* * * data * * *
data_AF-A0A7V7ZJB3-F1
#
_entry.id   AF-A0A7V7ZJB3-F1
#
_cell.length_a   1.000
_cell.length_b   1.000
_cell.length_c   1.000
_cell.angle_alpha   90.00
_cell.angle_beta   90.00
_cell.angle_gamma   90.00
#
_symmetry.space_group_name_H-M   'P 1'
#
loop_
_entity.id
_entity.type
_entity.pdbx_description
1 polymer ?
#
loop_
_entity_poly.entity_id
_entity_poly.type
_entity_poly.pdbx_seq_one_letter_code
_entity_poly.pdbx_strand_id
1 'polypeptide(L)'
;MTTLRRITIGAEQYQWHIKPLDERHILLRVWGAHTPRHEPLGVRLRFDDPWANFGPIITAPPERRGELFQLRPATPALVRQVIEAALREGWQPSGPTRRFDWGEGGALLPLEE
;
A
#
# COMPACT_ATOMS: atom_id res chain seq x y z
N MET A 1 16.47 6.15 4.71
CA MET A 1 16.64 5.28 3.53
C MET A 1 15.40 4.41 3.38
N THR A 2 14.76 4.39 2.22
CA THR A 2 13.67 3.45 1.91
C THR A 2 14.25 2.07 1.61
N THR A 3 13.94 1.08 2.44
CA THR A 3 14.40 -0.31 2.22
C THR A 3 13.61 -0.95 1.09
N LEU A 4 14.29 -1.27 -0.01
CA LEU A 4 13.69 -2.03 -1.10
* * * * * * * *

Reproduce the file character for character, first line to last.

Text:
data_AF-A0A7V7ZJB3-F1
#
_entry.id   AF-A0A7V7ZJB3-F1
#
_cell.length_a   1.000
_cell.length_b   1.000
_cell.length_c   1.000
_cell.angle_alpha   90.00
_cell.angle_beta   90.00
_cell.angle_gamma   90.00
#
_symmetry.space_group_name_H-M   'P 1'
#
loop_
_entity.id
_entity.type
_entity.pdbx_description
1 polymer ?
#
loop_
_entity_poly.entity_id
_entity_poly.type
_entity_poly.pdbx_seq_one_letter_code
_entity_poly.pdbx_strand_id
1 'polypeptide(L)'
;MTTLRRITIGAEQYQWHIKPLDERHILLRVWGAHTPRHEPLGVRLRFDDPWANFGPIITAPPERRGELFQLRPATPALVRQVIEAALREGWQPSGPTRRFDWGEGGALLPLEE
;
A
#
# COMPACT_ATOMS: atom_id res chain seq x y z
N MET A 1 16.47 6.15 4.71
CA MET A 1 16.64 5.28 3.53
C MET A 1 15.40 4.41 3.38
N THR A 2 14.76 4.39 2.22
CA THR A 2 13.67 3.45 1.91
C THR A 2 14.25 2.07 1.61
N THR A 3 13.94 1.08 2.44
CA THR A 3 14.40 -0.31 2.22
C THR A 3 13.61 -0.95 1.09
N LEU A 4 14.29 -1.27 -0.01
CA LEU A 4 13.69 -2.03 -1.10